Following the announcement that Blumhouse was a developing a new Halloween film, countless names were tossed around for potential filmmakers that would helm the film. No one could have predicted that Danny McBride and David Gordon Green would be the filmmakers selected for the project, given their notoriety in the comedy world, but McBride recently shared some of his favorite horror films to let audiences know someone with good taste was spearheading the anticipated project.
"The Shining and Halloween were always my favorites growing up. We didn't have HBO or Cinemax when I was a kid, but I would record movies still," McBride recalled. "They were just like scrambled signals. I remember one night somehow I had recorded this horror movie called Chopping Mall. All of like six years of me growing up we had this film and it was all scrambled. In some
Given that McBride is co-writing the new Halloween, it's a relief to hear that the original film is one of his all-time favorites, with The Shining being another seminal work. Additionally, Chopping Mall is a lesser-seen, campy horror film, which shows he also enjoys his movies to have a lot of fun in them.
The filmmaker also expressed that horror has always been an integral component of his life and the upcoming Halloween sequel isn't merely a unique opportunity that he wanted to explore.
"Honestly, it's probably the genre that I watched the most. When I was a kid, it was definitely all that I would devour," McBride admitted. "My sister and I, when we were probably way too young to be watching those movies, we would go to the video store and we would just zip right past all the new releases and go right to the horror stuff. We were always looking for the most effed up scary box that we could see. We would always try to sneak that in with the (other) rentals with our parents. I've always loved horror movies."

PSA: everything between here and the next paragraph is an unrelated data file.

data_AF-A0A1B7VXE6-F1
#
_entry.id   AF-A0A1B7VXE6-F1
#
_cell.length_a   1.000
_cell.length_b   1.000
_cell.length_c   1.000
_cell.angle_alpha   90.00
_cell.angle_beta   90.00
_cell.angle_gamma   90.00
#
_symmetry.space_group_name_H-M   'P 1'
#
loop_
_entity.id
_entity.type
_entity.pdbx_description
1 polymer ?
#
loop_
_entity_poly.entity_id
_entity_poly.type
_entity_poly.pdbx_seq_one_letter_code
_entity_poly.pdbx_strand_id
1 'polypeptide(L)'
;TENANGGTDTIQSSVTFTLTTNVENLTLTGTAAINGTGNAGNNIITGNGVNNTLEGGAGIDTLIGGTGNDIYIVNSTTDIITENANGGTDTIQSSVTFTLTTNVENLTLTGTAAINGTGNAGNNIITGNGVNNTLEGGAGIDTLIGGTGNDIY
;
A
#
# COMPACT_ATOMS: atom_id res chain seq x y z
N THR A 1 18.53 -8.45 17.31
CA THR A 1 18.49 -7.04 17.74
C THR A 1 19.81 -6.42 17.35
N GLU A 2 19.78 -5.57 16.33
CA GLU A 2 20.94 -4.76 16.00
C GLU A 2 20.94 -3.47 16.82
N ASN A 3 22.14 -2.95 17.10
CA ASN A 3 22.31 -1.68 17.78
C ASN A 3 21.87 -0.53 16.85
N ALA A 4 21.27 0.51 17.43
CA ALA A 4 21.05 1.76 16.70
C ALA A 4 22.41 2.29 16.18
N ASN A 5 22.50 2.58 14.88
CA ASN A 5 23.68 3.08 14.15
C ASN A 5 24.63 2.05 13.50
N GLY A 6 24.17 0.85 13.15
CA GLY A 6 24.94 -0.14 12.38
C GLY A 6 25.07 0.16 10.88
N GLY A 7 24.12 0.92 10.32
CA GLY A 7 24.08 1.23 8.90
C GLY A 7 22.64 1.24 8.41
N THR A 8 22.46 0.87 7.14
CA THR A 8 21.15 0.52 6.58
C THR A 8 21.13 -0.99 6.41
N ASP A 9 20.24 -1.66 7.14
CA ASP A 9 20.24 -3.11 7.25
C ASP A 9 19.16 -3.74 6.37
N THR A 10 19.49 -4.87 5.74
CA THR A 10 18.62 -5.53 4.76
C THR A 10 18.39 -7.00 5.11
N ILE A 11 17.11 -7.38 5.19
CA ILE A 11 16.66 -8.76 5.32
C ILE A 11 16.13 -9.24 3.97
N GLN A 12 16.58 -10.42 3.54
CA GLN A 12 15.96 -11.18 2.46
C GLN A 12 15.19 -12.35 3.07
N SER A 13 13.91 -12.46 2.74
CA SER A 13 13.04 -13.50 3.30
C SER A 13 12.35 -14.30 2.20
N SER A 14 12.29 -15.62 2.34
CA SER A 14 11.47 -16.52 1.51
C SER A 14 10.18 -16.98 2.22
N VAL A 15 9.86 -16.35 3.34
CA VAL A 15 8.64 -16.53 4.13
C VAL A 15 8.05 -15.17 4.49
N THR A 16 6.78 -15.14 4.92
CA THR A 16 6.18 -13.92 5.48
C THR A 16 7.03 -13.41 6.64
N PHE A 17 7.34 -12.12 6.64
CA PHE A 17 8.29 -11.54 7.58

The filmmaker also went on to explore how two seemingly different genres have a lot in common.
"I think that horror movies and comedies, they're engineered the same way," McBride pointed out. "They're definitely made to watch with others. You have to engineer in a way to like know how to pace out. Like with comedy, you can't just fill things full of jokes. You have to pace jokes and know how to hold off on the laugh at one place so that you could score a bigger laugh in another area. Horror works the same way. It's really about that tension and that pacing and being able to just know how to manipulate the audience to feel exactly what you want them to feel. That kind of engineering, as a writer, is just fun. It's challenging. There's a reward when you succeed in that because you get to take people on a roller-coaster ride."
The Halloween sequel is slated to hit theaters on October 19, 2018.